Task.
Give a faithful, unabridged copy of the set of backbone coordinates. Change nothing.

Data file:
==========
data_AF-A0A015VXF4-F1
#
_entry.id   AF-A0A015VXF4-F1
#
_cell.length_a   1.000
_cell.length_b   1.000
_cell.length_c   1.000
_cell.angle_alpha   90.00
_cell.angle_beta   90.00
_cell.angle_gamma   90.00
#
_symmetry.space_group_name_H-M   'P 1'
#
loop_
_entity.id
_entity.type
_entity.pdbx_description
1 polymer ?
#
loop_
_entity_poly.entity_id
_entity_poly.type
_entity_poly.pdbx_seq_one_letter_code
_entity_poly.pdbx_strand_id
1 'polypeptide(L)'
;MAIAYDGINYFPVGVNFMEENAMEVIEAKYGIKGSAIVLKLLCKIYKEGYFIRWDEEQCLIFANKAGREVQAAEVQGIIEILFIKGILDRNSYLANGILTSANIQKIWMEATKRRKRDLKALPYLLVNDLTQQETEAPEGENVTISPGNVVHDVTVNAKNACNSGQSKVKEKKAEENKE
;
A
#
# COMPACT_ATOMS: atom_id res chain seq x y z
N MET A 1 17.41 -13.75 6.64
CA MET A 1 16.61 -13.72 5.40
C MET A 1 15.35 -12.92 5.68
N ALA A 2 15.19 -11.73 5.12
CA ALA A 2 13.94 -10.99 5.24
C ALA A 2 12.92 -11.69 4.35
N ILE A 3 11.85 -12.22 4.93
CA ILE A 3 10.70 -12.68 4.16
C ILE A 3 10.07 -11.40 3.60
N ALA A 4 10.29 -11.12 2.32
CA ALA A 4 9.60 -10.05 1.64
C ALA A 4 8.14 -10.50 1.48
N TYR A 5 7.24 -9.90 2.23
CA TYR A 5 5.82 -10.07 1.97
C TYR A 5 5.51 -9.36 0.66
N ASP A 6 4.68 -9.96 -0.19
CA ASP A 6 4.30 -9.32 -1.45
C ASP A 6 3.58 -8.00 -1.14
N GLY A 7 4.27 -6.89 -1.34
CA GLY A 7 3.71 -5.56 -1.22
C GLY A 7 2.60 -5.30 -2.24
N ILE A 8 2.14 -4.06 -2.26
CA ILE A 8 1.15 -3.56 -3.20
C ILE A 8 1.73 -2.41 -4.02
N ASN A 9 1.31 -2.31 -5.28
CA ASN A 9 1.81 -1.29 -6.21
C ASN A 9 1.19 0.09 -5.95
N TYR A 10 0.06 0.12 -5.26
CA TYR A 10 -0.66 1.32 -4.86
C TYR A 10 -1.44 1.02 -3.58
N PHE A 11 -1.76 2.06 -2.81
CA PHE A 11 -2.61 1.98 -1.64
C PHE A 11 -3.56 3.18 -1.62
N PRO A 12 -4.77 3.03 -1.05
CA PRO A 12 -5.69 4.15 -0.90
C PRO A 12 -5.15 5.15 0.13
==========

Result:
data_AF-A0A015VXF4-F1
#
_entry.id   AF-A0A015VXF4-F1
#
_cell.length_a   1.000
_cell.length_b   1.000
_cell.length_c   1.000
_cell.angle_alpha   90.00
_cell.angle_beta   90.00
_cell.angle_gamma   90.00
#
_symmetry.space_group_name_H-M   'P 1'
#
loop_
_entity.id
_entity.type
_entity.pdbx_description
1 polymer ?
#
loop_
_entity_poly.entity_id
_entity_poly.type
_entity_poly.pdbx_seq_one_letter_code
_entity_poly.pdbx_strand_id
1 'polypeptide(L)'
;MAIAYDGINYFPVGVNFMEENAMEVIEAKYGIKGSAIVLKLLCKIYKEGYFIRWDEEQCLIFANKAGREVQAAEVQGIIEILFIKGILDRNSYLANGILTSANIQKIWMEATKRRKRDLKALPYLLVNDLTQQETEAPEGENVTISPGNVVHDVTVNAKNACNSGQSKVKEKKAEENKE
;
A
#
# COMPACT_ATOMS: atom_id res chain seq x y z
N MET A 1 17.41 -13.75 6.64
CA MET A 1 16.61 -13.72 5.40
C MET A 1 15.35 -12.92 5.68
N ALA A 2 15.19 -11.73 5.12
CA ALA A 2 13.94 -10.99 5.24
C ALA A 2 12.92 -11.69 4.35
N ILE A 3 11.85 -12.22 4.93
CA ILE A 3 10.70 -12.68 4.16
C ILE A 3 10.07 -11.40 3.60
N ALA A 4 10.29 -11.12 2.32
CA ALA A 4 9.60 -10.05 1.64
C ALA A 4 8.14 -10.50 1.48
N TYR A 5 7.24 -9.90 2.23
CA TYR A 5 5.82 -10.07 1.97
C TYR A 5 5.51 -9.36 0.66
N ASP A 6 4.68 -9.96 -0.19
CA ASP A 6 4.30 -9.32 -1.45
C ASP A 6 3.58 -8.00 -1.14
N GLY A 7 4.27 -6.89 -1.34
CA GLY A 7 3.71 -5.56 -1.22
C GLY A 7 2.60 -5.30 -2.24
N ILE A 8 2.14 -4.06 -2.26
CA ILE A 8 1.15 -3.56 -3.20
C ILE A 8 1.73 -2.41 -4.02
N ASN A 9 1.31 -2.31 -5.28
CA ASN A 9 1.81 -1.29 -6.21
C ASN A 9 1.19 0.09 -5.95
N TYR A 10 0.06 0.12 -5.26
CA TYR A 10 -0.66 1.32 -4.86
C TYR A 10 -1.44 1.02 -3.58
N PHE A 11 -1.76 2.06 -2.81
CA PHE A 11 -2.61 1.98 -1.64
C PHE A 11 -3.56 3.18 -1.62
N PRO A 12 -4.77 3.03 -1.05
CA PRO A 12 -5.69 4.15 -0.90
C PRO A 12 -5.15 5.15 0.13